Thanks for stopping by and celebrating the unofficial holiday of romance novelists — Valentine’s Day. This year, more than 20 authors have joined together for the Valentine’s Rewind blog hop. Today I’m revisiting Chris and Annie, my couple from “The Wedding Week” in One Week in Hawaii. I hope you enjoy!
“A Day All Their Own”
Annie Kalani stood in her kitchen, coated in flour, and wondered what the hell she’d been thinking. In front of her lay the scraps of her second failed attempt at handmade pasta. The first was half on the floor and half in the brushed stainless steel trashcan that sat to the side of her island.
She pushed a hand through her hair, no doubt leaving streaks of white through her haphazardly pulled back ponytail that was starting to escape its elastic. It had looked so easy when Chris had made her pasta last Valentine’s Day. He’d kneaded the dough with smooth, confident strokes and fed it through the hand-crank machine almost lovingly. Food seemed to come to life in his hands.
The same couldn’t be said for her.
Annie was a competent cook—she’d give herself that much. On nights when Chris worked late at his restaurant and she was too tired to drive down to join him for a meal at one of the tiny back tables, she could whip up something for one with the usual efficiency she employed in the rest of her life.
But apparently she needed more than competence to make what was supposed to be a stunning Valentine’s meal.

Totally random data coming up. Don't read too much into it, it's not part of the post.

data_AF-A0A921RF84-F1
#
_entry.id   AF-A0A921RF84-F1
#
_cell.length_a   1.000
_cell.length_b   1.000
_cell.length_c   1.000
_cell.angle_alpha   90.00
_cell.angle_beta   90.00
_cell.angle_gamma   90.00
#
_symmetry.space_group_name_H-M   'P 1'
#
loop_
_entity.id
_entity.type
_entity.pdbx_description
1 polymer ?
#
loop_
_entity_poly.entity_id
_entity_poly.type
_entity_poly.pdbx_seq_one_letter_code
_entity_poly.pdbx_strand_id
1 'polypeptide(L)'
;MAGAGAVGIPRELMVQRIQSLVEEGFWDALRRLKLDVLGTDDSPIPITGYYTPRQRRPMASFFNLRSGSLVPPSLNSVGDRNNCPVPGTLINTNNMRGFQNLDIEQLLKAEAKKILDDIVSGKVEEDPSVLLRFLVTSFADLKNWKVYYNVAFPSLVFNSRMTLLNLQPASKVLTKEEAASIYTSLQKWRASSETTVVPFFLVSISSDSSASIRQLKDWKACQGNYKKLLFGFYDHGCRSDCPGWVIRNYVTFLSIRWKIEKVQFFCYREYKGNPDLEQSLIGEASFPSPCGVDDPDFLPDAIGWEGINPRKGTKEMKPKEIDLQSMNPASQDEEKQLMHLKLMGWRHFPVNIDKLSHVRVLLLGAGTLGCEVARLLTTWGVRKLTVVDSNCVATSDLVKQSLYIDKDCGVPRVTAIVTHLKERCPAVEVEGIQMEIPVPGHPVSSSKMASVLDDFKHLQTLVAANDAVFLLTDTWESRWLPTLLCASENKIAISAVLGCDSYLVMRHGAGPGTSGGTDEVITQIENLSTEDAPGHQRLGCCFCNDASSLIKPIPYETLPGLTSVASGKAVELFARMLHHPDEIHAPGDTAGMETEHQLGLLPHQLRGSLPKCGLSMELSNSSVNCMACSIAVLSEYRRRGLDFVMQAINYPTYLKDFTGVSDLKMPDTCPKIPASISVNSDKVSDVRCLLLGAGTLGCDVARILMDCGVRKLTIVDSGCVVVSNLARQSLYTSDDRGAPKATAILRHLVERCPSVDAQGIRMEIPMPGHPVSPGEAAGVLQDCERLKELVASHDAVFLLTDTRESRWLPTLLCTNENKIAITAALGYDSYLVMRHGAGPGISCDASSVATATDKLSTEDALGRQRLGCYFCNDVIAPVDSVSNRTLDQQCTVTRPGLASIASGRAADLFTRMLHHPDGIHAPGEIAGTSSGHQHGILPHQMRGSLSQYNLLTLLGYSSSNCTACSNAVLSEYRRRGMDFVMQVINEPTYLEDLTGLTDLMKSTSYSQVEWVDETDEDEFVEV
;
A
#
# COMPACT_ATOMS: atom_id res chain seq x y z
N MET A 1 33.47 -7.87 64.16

Annie braced her hands against the island’s glossed stone countertop. “Okay, you win,” she muttered, admitting defeat. She had a backup plan — steaks grilled on the little barbecue that sat on her balcony — she just hadn’t wanted to use it. But Annie could tell when she’d been beaten.
Her hands were full of broken pasta strands when she hear keys jangling outside her door. Her eyes darted to the clock. How was it ten already?
She dumped the pasta in the trash and brushed her hands off on her apron as best she could as Chris pushed the door open. He hadn’t even crossed the threshold when he stopped, his eyes fixed on her.
She spread her arms wide, more than a little sheepish. “Dinner may be a disaster.”
Without breaking his gaze, he set his keys down in a bowl on the side table and let the messenger bag she knew would be packed with his clothes for the next day fall to the floor. He closed the gap between them in a few steps, and her whole body flushed with warmth. After a year and a half he could still make her blush like a sixteen-year-old girl with a crush.